CLINTWOOD-GALAX: There’s more to the matchup than meets the eye.

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Group A Division 1 championship preview

By Craig Worrell, Sports Editor

Don’t call this a battle of speed vs. size. Such an oversimplification would be an insult to the players and the coaches of both teams involved.


Nobody disputes the fact that Galax has plenty of speed. But the Maroon Tide (14-0) would not be playing in the Group A Division 1 championship game if it weren’t a physical football team.

It’s abundantly obvious that Clintwood is big and strong. But the Greenwave (12-2) would never have made it to face Galax on Saturday at Salem if its players weren’t nimble enough to keep up with and contain teams like George Wythe and Sussex Central.

Nope, this is much more than that. This state championship will be settled between two solid, athletic, well-coached, well-rounded football teams. One just happens to be bigger than it is fast, and the other happens to be faster than it is big.

“There are two misconceptions, I think,” said Galax coach Mark Dixon. “Number one is that they don’t have speed, and number two is that you can wear us down. Those are the two things that I hear that I think are the most erroneous. They’re not going to wear us down and we’re not going to outrun them. I don’t see either thing happening. I think we’ll hang in there fine and I think they can cover anything we do. It’ll just come down to who plays better. Who executes better.”

Galax is still looking for its first challenge after four postseason cakewalks. The 222 points that the Maroon Tide has scored in the playoffs are 80 more than its defense has allowed in 14 games combined. Dixon fully expects a challenge from Clintwood.

“The thing that strikes me first is how good they are defensively,” he said. “From reading about them I assumed that we’d be able to throw the ball, but it just doesn’t look like it’s there. They have good enough speed, especially at the corners, to cover our guys. And I don’t think it’s realistic to think we can pound it at them 25 or 30 times and average enough per run to keep their offense off the field.”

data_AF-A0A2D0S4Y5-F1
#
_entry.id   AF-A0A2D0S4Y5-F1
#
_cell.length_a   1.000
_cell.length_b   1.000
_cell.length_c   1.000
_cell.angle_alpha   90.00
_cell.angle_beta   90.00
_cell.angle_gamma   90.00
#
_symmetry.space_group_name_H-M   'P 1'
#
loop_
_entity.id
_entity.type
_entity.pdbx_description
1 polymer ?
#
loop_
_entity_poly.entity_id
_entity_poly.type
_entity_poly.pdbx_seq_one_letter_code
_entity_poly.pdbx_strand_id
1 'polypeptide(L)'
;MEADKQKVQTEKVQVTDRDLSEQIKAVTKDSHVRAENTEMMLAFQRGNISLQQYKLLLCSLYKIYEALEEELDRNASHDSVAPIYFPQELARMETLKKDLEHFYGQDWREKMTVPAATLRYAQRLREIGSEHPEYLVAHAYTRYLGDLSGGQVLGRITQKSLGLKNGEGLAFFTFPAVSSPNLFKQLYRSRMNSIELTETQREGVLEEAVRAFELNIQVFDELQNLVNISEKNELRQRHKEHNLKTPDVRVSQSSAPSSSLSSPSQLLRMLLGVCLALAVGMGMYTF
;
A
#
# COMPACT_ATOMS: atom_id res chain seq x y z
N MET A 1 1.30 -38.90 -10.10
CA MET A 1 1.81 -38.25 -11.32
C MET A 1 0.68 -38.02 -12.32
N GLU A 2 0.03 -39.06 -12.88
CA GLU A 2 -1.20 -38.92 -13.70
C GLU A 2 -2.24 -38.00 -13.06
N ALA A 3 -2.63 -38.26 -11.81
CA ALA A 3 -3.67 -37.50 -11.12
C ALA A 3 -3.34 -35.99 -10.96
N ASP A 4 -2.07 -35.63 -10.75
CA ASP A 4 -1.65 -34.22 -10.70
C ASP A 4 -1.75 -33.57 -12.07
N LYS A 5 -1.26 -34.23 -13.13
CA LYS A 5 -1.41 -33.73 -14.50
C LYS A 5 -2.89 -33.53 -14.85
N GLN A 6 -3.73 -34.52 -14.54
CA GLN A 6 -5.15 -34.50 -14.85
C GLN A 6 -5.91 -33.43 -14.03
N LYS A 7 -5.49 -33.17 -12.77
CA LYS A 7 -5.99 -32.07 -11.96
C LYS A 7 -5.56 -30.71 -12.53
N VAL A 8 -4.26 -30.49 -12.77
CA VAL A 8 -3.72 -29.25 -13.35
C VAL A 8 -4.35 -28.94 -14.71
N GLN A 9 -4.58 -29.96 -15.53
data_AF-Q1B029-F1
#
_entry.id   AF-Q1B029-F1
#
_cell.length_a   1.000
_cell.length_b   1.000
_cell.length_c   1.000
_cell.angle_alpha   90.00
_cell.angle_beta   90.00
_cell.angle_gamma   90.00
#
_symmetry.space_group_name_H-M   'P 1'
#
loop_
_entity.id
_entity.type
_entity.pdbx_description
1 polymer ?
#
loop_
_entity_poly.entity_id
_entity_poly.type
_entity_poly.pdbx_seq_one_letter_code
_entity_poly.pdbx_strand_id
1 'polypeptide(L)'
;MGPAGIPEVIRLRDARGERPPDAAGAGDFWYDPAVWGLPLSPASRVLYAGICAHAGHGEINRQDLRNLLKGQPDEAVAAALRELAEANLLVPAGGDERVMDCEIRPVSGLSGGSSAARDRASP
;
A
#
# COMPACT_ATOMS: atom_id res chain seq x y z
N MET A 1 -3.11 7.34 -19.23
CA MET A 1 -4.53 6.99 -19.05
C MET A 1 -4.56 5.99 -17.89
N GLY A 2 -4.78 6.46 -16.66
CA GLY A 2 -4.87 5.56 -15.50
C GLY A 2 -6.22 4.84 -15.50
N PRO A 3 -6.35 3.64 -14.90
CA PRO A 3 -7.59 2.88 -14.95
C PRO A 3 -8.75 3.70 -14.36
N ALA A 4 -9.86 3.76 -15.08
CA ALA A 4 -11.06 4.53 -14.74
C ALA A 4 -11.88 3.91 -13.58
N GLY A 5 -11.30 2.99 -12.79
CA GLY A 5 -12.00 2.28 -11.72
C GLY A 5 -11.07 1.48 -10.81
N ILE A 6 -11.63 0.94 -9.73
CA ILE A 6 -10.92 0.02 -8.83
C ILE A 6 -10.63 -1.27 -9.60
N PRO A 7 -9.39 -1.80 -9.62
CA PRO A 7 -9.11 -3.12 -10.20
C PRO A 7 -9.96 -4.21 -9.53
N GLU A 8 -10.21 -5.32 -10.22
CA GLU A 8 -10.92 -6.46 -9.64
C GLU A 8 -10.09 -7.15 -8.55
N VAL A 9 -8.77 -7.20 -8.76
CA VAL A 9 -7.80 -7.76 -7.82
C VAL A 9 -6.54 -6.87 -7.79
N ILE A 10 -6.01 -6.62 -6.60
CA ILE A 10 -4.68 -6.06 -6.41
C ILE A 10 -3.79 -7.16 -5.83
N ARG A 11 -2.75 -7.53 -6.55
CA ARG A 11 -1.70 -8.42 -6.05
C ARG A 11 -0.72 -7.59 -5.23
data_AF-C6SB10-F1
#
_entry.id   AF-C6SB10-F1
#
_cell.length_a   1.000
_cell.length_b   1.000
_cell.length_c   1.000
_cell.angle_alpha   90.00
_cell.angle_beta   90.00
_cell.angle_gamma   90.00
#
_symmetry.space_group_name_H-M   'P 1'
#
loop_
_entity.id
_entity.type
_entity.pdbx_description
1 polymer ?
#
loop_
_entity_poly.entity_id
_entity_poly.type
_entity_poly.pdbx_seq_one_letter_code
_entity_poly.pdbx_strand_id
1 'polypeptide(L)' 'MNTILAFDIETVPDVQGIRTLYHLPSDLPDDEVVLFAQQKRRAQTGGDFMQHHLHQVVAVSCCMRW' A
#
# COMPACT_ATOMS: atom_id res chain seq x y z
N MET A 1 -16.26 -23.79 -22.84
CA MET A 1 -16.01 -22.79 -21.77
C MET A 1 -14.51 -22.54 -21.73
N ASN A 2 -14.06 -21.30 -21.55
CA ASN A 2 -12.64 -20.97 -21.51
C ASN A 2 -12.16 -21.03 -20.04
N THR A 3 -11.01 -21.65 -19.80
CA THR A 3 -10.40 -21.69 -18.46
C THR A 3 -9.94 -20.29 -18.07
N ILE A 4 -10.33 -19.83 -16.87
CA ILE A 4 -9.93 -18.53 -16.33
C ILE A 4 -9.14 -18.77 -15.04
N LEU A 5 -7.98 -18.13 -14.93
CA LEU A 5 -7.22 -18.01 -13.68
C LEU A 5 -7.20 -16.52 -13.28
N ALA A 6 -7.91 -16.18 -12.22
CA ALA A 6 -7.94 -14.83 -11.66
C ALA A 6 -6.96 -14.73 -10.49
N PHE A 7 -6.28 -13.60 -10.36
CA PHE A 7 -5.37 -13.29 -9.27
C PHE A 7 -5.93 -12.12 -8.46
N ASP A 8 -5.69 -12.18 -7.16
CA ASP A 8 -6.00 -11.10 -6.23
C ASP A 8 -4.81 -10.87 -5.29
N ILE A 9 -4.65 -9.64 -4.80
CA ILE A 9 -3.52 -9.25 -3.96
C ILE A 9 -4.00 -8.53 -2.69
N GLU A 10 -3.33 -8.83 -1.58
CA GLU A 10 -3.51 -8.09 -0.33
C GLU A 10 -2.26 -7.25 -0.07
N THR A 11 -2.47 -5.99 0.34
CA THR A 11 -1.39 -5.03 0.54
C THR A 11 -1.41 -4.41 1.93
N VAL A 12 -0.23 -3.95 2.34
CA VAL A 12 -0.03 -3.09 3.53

Galax has been able to do both effectively the entire year. Tailback Jordan Vaughan enters with 1,429 yards and 26 touchdowns, followed by the Peoples brothers, both of whom average more than 10 yards per carry. Donte, a junior, has 823 yards and 14 TDs, and sophomore Steven has 790 yards and 11 scores in 12 games.

Austin Pack has thrown for 1,359 yards and 19 touchdowns against just five interceptions, and top target Deion George has 35 catches for 767 yards and 14 TDs. The two hooked up four times for 123 yards and three touchdowns in last week’s state semifinal win over Lunenburg Central.

“They’re athletic and they do a lot of things very well,” Clintwood coach Rick Mullins said. “They’re fundamentally sound and it will be a challenge. Offensively they can attack a lot of different areas. You can’t load up on one thing.”

In a way, that’s one of Dixon’s biggest concerns. He doesn’t see Clintwood needing to load the box against the stable of talented tailbacks, thus allowing more coverage against the pass.

“I keep looking for an area to attack, but he’s such a good coach,” Dixon said. “He has his defense set up where his personnel matches up well. Any area you think you can go he’ll have somebody behind him who’s a stud.”

Dixon expressed the need to find creativity without sending his kids the wrong message by abandoning what has worked 14 straight games.

“I’ve got to have faith in our boys, and I do,” he said. “But there does have to be some gameplan things done because some of their boys are so big and strong that it would be foolish to think we can line up and run our basic offense.”

There is one aspect of Saturday’s game that is in Galax’s favor.  The Greenwave opened the season with a loss to Hazard, Ky., which won the Kentucky 1A state championship last week. So Clintwood is already 0-1 on the year against teams coached by a Mark Dixon.

Dixon (the Galax one) expects his group of veterans to be able to handle the spotlight Saturday. It is he who is feeling it.

“I feel more pressure here than at any level I’ve ever played,” said the former Miami Dolphin. “I feel responsible for kids who have given me everything they have for two years, every day. There’s a ton of pressure not to let them down. I owe them the best I’ve got this Saturday.”